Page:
This month, we are posting information on ATVs and Off-Road Safety!
All-terrain vehicles (ATVs) and other off-highway vehicles (OHVs) have become a big part of many families’ lives, both for recreation and work-related activities. They can also be fun to drive, and naturally children are eager to try them out. This can be a great opportunity for parents to model safe behavior and explain that just like driving cars, ATVs need adult skills and knowledge.
Injury experts agree that children younger than 16 years of age do not have the physical development or cognitive ability to safely drive these machines. If the vehicle is designed to carry a passenger, drive with great care, particularly with young children who may have difficulty holding on during sudden turns, or on bumpy roads. Also, young children do not have the strength to hold on for very long.
In Canada, 25 per cent of all ATV-related deaths are among children 15 years of age or younger. Also, injury rates have gone up by 50 per cent, probably because many more Canadians are using these machines than in the past. The group that represents all Canadian children’s doctors (the Canadian Paediatric Society), and some provincial doctors’ associations as well, have spoken out about the dangers of children under 16 years of age driving any off-highway vehicles. They have seen the severe injuries and tragic deaths first hand.
Once a child reaches 16 years of age, appropriate training classes are a great way to develop the skills, knowledge and confidence required to safety operate an off-highway vehicle. Helmets are also important for all drivers and on every ride (approved for ATV or motorcycle use). It’s not easy for children to be patient, but this approach may prevent serious injury or even death.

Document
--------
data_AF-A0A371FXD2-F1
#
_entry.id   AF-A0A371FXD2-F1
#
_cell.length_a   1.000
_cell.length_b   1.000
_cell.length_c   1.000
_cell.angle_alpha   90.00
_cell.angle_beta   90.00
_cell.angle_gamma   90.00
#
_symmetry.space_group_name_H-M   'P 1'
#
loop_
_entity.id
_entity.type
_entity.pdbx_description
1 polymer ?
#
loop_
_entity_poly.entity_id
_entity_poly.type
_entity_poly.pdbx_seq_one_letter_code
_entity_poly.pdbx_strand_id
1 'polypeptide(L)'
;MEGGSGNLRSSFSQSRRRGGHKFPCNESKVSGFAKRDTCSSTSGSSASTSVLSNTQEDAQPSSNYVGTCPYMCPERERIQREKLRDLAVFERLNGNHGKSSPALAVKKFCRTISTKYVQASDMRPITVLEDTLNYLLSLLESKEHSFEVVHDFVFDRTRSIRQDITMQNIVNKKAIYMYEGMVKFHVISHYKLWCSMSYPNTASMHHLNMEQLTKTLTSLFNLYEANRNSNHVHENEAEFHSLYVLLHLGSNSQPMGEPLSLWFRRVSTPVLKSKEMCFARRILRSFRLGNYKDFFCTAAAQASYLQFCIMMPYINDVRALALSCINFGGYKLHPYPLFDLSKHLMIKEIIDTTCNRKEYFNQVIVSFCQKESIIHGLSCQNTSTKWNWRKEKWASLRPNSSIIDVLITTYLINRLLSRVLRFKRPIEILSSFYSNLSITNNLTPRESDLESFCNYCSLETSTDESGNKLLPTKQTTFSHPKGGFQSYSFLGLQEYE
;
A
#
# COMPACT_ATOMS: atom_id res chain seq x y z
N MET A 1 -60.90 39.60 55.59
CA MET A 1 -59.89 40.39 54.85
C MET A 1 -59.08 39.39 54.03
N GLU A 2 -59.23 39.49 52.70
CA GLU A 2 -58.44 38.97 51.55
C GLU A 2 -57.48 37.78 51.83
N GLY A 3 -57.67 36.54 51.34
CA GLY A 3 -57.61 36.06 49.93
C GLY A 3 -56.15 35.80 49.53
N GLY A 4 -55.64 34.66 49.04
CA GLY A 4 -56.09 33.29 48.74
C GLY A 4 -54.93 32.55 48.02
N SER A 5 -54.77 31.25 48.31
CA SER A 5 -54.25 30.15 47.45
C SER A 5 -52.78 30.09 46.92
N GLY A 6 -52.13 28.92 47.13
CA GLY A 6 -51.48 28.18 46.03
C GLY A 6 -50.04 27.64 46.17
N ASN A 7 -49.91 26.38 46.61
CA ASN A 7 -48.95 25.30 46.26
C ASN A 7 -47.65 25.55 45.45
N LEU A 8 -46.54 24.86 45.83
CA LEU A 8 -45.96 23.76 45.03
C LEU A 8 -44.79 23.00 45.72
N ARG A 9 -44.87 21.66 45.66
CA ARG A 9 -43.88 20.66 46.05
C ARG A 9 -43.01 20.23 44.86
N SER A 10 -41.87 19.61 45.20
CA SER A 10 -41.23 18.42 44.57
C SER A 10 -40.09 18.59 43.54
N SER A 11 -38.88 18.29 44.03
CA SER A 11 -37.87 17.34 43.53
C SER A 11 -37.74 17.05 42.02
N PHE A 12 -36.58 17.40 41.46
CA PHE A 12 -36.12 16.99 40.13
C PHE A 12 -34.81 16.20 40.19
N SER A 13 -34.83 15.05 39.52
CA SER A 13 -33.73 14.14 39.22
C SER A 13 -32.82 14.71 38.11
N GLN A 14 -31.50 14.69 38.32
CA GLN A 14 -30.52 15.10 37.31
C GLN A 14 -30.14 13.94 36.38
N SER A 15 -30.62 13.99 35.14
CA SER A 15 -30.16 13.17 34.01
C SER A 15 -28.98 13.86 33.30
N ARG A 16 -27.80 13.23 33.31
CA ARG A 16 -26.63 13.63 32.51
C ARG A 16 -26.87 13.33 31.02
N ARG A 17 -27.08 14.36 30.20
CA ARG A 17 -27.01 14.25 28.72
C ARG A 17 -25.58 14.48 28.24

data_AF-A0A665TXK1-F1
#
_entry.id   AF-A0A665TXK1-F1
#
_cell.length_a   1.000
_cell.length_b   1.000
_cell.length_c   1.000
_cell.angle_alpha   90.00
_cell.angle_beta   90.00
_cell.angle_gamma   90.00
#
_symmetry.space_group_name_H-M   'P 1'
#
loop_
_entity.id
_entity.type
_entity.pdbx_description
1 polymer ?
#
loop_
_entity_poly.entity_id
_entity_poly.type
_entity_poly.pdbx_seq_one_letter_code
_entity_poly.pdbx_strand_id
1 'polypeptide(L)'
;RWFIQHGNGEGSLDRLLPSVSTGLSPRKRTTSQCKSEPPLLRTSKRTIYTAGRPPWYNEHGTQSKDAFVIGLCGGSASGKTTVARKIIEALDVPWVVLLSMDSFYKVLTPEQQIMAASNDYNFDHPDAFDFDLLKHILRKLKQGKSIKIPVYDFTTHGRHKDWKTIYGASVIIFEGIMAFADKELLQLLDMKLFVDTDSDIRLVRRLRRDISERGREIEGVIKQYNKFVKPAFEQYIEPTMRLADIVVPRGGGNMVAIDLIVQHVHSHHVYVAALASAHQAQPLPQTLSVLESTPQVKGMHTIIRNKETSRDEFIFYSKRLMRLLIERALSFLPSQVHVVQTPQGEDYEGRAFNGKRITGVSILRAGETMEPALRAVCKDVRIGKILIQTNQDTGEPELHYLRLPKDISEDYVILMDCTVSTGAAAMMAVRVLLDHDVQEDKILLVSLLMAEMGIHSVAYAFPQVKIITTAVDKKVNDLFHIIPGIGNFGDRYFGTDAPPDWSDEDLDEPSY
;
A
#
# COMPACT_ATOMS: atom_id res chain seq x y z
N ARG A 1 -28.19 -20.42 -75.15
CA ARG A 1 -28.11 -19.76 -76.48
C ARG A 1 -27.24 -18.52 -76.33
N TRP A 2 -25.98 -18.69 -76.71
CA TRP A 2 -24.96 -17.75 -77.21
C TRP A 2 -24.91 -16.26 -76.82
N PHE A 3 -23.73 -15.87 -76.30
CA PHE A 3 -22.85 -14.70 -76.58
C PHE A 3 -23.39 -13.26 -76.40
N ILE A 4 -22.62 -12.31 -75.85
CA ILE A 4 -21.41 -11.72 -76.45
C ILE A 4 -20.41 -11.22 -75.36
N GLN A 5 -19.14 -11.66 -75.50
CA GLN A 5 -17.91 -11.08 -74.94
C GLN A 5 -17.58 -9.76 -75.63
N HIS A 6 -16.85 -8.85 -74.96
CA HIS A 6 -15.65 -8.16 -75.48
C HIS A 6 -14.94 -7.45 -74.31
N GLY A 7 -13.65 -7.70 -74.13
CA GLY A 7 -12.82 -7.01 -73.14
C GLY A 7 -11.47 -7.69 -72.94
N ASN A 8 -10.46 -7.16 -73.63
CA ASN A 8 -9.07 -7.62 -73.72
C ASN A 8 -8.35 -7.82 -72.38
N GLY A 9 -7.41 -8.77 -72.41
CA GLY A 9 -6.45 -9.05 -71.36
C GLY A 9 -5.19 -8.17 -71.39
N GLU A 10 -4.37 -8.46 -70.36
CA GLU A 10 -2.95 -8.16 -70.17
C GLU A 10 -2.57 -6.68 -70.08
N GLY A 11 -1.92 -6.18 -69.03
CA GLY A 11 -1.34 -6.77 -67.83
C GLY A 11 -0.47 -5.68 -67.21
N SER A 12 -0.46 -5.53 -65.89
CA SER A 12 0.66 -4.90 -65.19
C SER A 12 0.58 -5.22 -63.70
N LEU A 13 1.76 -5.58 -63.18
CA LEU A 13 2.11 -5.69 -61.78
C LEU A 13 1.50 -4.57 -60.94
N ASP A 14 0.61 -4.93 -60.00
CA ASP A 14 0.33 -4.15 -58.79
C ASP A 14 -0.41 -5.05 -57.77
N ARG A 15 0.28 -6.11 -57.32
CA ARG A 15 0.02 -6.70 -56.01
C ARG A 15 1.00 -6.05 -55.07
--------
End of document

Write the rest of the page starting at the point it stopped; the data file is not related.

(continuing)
All-terrain vehicles are motorized vehicles that require adult skills and judgment. Canadian children continue to be injured and killed while riding ATVs.
Child use of motorized vehicles. Children and youth are at a special risk for ATV-related injuries and death as they lack the necessary knowledge, physical development, cognitive and motor skills to safely operate these vehicles.
Children under 16 should not use ATVs, regardless of its size or the power of its engine. Currently in Canada, ATV laws vary by jurisdiction and by location of use. Laws should also require use of appropriate helmets and mandatory safety training for all those operating ATVs.
Overview of concerns and recommendations
Children and youth are at special risk for off-highway vehicles (OHV) injuries and deaths as they lack the knowledge, physical development, cognitive and motor skills to safely operate the vehicles.1
Therefore, Parachute supports injury prevention measures including legislating age-appropriate OHV usage, driver education, and the proper use of protective equipments as well as banning passengers.
Legislating age-appropriate usage
OHVs pose significant risks, including death, to child drivers, passengers and pedestrians. According to data from the Canadian Hospitals Injury Reporting and Prevention Program (CHIRPP), serious injuries have occurred to children in recreational areas, on roads and highways and on farms.
Parachute joins a number of injury prevention organizations in calling for OHV regulations based on scientific evidence and reflecting the benefits of automobile legislative efforts, including a minimum driver age of 16 years. Parachute would also recommend a legislated minimum driver age of 16 years to commence OHV driver training programs.
We are very supportive of the principle of OHV driver training; however, we do not have enough evaluation research at our disposal to recommend a particular training approach. As outlined above, Parahchute recommends legislating a minimum age of 16 years for commencing driver training. However, in the absence of legislation preventing the operation of OHV by children under 16, Parachute does recognize the value of educating younger riders in rural and farming communities for the purpose of work and travel.
As hospital data indicates that head injuries are a serious risk of OHV incidents, Parachute advocates the use of appropriate helmets and clothing during OHV use for people of all age